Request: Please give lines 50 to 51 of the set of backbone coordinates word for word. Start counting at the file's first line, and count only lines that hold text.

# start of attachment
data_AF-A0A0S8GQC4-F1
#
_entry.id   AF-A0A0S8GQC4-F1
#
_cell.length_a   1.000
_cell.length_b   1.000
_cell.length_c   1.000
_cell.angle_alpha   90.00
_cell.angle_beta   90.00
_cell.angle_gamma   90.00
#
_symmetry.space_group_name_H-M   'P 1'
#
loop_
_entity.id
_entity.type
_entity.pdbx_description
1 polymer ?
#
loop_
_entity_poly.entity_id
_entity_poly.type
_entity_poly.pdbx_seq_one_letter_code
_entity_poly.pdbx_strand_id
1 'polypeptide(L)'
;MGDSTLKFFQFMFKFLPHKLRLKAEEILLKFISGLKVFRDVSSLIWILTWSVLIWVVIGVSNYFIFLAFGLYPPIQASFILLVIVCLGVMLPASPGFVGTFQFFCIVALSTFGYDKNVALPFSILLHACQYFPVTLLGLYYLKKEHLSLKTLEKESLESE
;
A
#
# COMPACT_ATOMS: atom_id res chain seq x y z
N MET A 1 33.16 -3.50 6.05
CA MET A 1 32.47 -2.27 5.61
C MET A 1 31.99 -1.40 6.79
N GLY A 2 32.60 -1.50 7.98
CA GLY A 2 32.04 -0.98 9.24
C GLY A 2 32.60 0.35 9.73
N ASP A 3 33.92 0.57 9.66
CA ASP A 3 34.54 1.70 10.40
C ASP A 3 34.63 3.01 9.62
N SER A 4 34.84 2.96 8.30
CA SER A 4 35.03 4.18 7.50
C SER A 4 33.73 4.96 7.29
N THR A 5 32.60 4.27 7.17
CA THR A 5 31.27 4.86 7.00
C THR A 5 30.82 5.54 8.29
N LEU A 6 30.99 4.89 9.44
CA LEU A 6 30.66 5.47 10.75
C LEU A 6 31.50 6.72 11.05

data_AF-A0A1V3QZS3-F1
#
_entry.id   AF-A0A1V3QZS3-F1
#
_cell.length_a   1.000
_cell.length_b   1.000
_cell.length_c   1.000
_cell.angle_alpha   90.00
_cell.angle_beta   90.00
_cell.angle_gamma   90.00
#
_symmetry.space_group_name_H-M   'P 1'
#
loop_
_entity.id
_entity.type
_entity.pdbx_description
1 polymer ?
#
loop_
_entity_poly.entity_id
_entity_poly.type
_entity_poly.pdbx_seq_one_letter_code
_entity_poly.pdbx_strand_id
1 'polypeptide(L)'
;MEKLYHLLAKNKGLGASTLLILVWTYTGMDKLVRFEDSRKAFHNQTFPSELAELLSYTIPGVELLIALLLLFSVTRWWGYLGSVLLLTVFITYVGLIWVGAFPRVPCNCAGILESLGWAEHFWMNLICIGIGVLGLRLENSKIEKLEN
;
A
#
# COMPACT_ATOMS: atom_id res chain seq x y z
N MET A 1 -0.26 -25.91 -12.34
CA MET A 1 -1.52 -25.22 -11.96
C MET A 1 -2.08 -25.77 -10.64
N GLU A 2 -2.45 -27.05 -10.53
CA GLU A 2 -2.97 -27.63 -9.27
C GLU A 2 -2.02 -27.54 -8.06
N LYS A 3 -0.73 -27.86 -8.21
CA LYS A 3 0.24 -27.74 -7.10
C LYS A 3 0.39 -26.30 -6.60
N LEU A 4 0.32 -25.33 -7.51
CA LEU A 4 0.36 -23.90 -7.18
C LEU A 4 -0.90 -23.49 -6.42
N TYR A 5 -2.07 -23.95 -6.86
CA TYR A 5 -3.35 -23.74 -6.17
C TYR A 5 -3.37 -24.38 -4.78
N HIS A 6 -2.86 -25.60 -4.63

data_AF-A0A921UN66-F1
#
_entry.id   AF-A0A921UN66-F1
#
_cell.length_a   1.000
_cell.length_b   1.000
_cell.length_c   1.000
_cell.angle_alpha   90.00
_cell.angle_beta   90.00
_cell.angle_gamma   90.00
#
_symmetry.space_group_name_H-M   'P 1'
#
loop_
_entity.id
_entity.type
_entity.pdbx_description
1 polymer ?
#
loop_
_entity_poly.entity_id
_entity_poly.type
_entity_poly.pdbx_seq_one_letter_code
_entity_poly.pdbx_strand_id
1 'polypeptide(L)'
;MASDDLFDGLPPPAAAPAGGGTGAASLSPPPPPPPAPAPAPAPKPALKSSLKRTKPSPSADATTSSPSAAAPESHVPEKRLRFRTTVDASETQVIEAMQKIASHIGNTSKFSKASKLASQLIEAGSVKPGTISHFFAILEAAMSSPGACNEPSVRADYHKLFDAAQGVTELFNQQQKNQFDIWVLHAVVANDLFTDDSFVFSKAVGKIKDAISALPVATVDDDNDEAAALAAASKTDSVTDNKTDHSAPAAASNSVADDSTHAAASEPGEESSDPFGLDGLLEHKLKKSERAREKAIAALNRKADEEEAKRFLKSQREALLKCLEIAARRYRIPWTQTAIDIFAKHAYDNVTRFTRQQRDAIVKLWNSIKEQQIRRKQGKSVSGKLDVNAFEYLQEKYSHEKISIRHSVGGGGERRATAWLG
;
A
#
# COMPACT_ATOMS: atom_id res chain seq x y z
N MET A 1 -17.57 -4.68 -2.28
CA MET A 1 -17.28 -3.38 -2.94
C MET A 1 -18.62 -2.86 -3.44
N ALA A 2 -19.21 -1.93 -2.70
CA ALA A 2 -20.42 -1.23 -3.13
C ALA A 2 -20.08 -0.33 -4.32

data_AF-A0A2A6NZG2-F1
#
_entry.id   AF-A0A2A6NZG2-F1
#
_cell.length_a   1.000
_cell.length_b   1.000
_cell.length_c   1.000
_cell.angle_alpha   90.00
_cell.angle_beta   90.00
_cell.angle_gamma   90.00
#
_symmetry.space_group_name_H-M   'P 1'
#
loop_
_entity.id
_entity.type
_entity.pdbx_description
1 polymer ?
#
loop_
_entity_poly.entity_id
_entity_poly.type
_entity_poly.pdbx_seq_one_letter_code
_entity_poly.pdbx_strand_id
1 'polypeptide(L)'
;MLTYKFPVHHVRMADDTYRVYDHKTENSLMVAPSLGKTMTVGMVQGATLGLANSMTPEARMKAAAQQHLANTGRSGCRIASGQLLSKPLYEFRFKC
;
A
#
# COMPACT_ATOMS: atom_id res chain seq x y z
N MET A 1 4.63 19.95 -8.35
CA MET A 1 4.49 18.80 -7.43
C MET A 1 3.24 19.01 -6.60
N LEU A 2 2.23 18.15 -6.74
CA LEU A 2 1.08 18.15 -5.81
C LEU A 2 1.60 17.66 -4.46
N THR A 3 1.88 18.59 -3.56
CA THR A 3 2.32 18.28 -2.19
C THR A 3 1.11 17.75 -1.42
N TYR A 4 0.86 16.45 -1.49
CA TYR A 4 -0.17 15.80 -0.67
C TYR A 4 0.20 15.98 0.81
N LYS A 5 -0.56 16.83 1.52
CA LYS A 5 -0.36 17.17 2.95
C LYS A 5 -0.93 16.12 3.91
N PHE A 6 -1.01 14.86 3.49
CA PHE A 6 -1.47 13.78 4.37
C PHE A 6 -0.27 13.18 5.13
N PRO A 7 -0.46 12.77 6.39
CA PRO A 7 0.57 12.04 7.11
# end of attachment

#
_entry.id   AF-A0A1V3QZS3-F1